Saturday, March 28, 2009

Blue Eyes and Petroglyphs


I’ve had a story that I’ve been wanting to tell. It concerns a petroglyph, not far from here, that you probably don’t know about. And I don’t want to tell you much about it. Least of all, where it is.

That petroglyph fits into a bigger story, or actually, into a whole web of stories. So many that I couldn’t decide where to begin. Then, after reading a bit about John Sevier lately, I finally decided he could kick this off.

In 1782, the notorious Indian fighter of Tennessee fell into a conversation with the Cherokee chief Oconostota about mysterious ancient fortifications along the Hiwassee River. Oconostota repeated a story that has been told by many – that an ancient race of white people had inhabited the region, and built the forts, long before the Cherokees moved in.

Oconostota explained to Sevier that those white people had descended from Welsh travellers who had crossed the mighty ocean several centuries before and landed near Mobile Bay. The story of those immigrants will eventually take us to quite a few places, including that petroglyph. But not today. For today, John Sevier's letter about his meeting with Oconostota is enough.

John Sevier
Knoxville, Tennessee,
October 9th, 1810

To Amos Stoddard

I shall with pleasure, give you the information required, so far as my memory will now serve me, and the help of a memorandum I hastily took on the subject, of a nation of people called the Welsh Indians. In the year 1782, I was on a campaign against the Cherokees, and during my route, discovered traces of very ancient fortifications. Some time after the expedition, I had occasion to enter into a negotiation with the Cherokee Chiefs, for the purpose of exchanging prisoners. After the exchange had been settled, I took an opportunity of enquiring of a venerable old chief, named Oconostota, (then, and for nearly sixty years had been, a ruling chief of the Cherokee nation,) if he could inform me of the people that had left such signs of fortifications in their country and particularly the one on the bank of the Highwassee river? The old warrior briefly answered me as follows;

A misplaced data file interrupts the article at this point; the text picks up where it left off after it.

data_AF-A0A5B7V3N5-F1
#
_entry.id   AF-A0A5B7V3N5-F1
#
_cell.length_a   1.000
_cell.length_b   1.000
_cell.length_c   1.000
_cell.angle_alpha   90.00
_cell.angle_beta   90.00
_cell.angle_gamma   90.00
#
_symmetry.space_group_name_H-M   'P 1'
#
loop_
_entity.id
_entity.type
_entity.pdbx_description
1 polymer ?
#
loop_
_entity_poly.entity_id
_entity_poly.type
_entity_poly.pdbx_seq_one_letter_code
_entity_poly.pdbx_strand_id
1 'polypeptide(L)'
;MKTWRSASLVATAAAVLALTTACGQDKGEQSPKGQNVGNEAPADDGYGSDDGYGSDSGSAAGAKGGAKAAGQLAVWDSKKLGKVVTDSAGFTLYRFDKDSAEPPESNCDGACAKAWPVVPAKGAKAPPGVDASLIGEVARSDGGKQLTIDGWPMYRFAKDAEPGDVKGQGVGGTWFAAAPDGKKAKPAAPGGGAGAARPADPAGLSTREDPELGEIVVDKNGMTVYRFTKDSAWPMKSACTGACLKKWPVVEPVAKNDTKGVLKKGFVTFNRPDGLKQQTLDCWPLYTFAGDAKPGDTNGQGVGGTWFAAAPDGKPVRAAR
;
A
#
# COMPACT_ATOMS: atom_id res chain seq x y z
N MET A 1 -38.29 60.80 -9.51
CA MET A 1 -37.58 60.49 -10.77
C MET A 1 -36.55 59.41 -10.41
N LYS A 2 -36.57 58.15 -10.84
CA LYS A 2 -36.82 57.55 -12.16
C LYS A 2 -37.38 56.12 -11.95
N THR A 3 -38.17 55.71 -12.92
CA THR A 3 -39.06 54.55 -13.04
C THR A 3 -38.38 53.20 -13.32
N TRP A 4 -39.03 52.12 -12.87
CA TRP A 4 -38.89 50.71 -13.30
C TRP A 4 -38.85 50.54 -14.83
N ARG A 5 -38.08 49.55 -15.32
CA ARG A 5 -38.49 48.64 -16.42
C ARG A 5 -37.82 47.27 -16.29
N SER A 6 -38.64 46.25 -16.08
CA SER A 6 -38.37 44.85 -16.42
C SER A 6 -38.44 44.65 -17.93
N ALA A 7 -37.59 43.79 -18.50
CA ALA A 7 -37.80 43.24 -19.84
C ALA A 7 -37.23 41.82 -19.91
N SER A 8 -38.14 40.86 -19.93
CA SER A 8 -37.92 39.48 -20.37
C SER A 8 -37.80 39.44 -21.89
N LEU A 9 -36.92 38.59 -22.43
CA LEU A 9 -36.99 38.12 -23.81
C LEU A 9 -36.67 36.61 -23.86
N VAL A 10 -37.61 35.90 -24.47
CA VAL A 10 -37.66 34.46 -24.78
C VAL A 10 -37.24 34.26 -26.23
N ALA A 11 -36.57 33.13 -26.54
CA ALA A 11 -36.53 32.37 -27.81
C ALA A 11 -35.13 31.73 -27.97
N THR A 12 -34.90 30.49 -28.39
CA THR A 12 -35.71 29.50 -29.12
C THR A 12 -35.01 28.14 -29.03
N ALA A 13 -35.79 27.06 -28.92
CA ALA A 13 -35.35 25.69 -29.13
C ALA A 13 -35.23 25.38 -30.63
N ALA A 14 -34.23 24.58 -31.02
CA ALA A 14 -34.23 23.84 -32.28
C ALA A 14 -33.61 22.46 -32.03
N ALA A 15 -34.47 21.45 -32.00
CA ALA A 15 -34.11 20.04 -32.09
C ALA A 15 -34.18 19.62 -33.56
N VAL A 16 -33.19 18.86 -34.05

It is handed down by our forefather, that the works were made by white people, who had formerly inhabited the country, while the Cherokees lived low down in the country, now called South Carolina, and that a war existed between the two nations for many years. At length, it was discovered, that the whites were making a number of large boats, which induced the Cherokees to suppose, that they intended to descend the Tennessee river. They then collected their whole band of warriors, and took the shortest and most convenient route to the muscle shoals in order to intercept them down the river. In a few days, the boats hove in sight, and a warm combat ensued, with various success for several days.

At length the whites proposed to the Indians, that if they would exchange prisoners, and cease hostilities, they would leave the country, and never more return; which was acceded to, and, after the exchange, parted in friendship. The whites then descended the Tennessee to the Ohio, and then down to the big river, (Mississippi) then up it to the muddy river, (Missouri) then up that river to a very great distance. They are now on some of it's branches; But they are no longer a white people; they are now all become Indians; and look like the other red people of the country:"

I then asked him, if he had ever heard any of his ancestors say what nation of people those white people belonged to? He answered; "I have heard my grandfather and other old people say, that they were a people called, Welsh; that they had crossed the great water, and landed near the mouth of Alabama river, and were finally driven to the heads of its water, and even to Highwassee river, by the Mexican Indians, who had been driven out to their own country by the Spaniards."

Many years past I happened in company with a Frenchman, who lived with the Cherokees, and had been a great explorer of the country west of the Mississippi. He informed me, "that he had been high up the Missouri, and traded several months with the Welsh tribe; that they spoke much of the Welsh dialect, and although their customs were savage and wild, yet many of them, particularly the females were very fair and white, and frequently told him, they had sprung from a white nation of people; also stated they had yet some small scraps of books remaining among them, but in such tattered and destructive order, that nothing intelligible remained." He observed that their settlement was in a very obscure part of the Missouri, surrounded with innumerable lofty mountains. The Frenchman's name has escaped my memory, but I believe it was something like Duroque.

In my conversation with the old chief Oconostota, he informed me, that an old woman in his nation named Peg, had some part of an old book given her by an Indian living high up the Missouri, and thought he was one of the Welsh tribe. Unfortunately before I had an opportunity of seeing the book, the old woman's house, and its contents, were consumed by fire. I have conversed with several persons, who saw and examined the book, but it was so worn and disfigured, that nothing intelligible remained; neither did any one of them understand any language but their own, and even that, very imperfectly.

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